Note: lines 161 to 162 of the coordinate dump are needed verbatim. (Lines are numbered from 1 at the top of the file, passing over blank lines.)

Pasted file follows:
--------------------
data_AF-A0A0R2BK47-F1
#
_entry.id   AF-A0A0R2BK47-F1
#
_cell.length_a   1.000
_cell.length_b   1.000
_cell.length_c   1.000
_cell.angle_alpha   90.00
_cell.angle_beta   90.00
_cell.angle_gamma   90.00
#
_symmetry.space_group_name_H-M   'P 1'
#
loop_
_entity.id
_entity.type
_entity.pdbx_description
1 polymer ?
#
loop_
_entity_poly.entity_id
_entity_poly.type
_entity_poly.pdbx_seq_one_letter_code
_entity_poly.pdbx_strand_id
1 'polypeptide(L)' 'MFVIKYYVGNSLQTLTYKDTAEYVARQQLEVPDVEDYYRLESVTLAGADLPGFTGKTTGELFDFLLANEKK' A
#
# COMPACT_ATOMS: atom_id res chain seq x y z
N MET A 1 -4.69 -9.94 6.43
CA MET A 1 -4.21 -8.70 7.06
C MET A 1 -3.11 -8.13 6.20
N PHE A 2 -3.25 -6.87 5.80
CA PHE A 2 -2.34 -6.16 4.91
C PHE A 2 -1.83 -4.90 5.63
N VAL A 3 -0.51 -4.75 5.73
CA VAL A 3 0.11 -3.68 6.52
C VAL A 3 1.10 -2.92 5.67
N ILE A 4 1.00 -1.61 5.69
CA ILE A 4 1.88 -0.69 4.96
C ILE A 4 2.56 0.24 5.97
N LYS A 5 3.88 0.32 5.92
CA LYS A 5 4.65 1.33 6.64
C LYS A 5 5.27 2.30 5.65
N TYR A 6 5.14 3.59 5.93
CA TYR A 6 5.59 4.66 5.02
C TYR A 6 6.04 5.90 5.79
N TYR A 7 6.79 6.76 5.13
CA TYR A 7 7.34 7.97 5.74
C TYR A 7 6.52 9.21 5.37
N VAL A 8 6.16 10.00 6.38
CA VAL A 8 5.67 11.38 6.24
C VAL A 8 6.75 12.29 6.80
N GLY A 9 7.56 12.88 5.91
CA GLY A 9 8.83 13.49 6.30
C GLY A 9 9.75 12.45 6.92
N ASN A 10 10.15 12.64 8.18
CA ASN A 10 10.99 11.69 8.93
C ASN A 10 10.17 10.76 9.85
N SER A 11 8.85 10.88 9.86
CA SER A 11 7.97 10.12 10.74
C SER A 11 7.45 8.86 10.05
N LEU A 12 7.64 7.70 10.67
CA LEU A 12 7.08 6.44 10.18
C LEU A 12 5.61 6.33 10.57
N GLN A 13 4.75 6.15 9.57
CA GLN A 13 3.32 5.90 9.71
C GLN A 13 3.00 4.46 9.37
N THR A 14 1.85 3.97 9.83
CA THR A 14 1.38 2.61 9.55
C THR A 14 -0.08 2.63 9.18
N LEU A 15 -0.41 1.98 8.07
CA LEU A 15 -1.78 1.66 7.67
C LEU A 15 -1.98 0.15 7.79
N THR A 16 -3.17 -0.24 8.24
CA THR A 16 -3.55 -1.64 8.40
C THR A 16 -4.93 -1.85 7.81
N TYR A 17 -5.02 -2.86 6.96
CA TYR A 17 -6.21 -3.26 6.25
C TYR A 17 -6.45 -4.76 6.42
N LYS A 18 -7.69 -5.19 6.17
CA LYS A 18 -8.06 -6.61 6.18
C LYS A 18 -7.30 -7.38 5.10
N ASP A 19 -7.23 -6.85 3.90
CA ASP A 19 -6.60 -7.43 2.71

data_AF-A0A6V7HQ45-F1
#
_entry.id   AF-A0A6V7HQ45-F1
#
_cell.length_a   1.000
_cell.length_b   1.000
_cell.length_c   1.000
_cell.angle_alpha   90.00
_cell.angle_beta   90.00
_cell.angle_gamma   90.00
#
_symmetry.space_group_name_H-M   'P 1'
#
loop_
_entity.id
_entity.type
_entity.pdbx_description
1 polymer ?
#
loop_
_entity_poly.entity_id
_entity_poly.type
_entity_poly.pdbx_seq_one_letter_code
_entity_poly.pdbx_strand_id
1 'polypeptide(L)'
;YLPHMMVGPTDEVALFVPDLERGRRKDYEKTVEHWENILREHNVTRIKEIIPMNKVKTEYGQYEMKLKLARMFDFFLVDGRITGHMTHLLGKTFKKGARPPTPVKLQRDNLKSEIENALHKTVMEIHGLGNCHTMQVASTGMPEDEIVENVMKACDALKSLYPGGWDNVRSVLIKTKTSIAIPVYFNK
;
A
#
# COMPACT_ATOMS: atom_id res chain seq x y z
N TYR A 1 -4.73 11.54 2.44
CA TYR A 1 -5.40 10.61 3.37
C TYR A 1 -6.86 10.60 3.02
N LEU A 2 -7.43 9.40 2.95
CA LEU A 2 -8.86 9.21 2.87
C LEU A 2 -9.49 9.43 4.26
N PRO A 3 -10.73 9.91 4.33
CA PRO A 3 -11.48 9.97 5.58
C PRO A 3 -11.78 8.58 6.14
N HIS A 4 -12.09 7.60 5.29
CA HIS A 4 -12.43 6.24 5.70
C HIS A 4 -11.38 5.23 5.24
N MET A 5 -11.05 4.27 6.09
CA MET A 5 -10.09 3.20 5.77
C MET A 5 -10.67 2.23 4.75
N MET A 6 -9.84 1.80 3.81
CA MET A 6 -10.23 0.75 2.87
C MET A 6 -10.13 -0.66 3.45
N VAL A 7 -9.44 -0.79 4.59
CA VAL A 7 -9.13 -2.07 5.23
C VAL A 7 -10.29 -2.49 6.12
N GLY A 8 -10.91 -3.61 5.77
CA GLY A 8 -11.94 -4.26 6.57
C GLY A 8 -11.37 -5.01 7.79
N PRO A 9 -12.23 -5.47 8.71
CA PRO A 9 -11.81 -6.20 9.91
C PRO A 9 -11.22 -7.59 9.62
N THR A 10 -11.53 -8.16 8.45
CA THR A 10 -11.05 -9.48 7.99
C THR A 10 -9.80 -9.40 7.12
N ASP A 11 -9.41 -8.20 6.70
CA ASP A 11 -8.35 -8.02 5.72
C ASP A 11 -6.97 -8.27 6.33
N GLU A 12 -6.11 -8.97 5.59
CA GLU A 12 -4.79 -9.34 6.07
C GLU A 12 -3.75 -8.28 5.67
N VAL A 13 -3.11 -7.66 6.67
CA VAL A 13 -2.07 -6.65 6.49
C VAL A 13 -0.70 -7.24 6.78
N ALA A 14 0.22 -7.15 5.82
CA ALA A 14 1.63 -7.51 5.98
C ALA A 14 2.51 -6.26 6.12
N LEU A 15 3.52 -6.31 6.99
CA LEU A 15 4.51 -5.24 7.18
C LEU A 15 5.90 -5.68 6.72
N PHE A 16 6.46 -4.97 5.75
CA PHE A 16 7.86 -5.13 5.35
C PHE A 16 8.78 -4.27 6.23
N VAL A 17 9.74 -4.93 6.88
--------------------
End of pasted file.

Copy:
C PHE A 16 8.78 -4.27 6.23
N VAL A 17 9.74 -4.93 6.88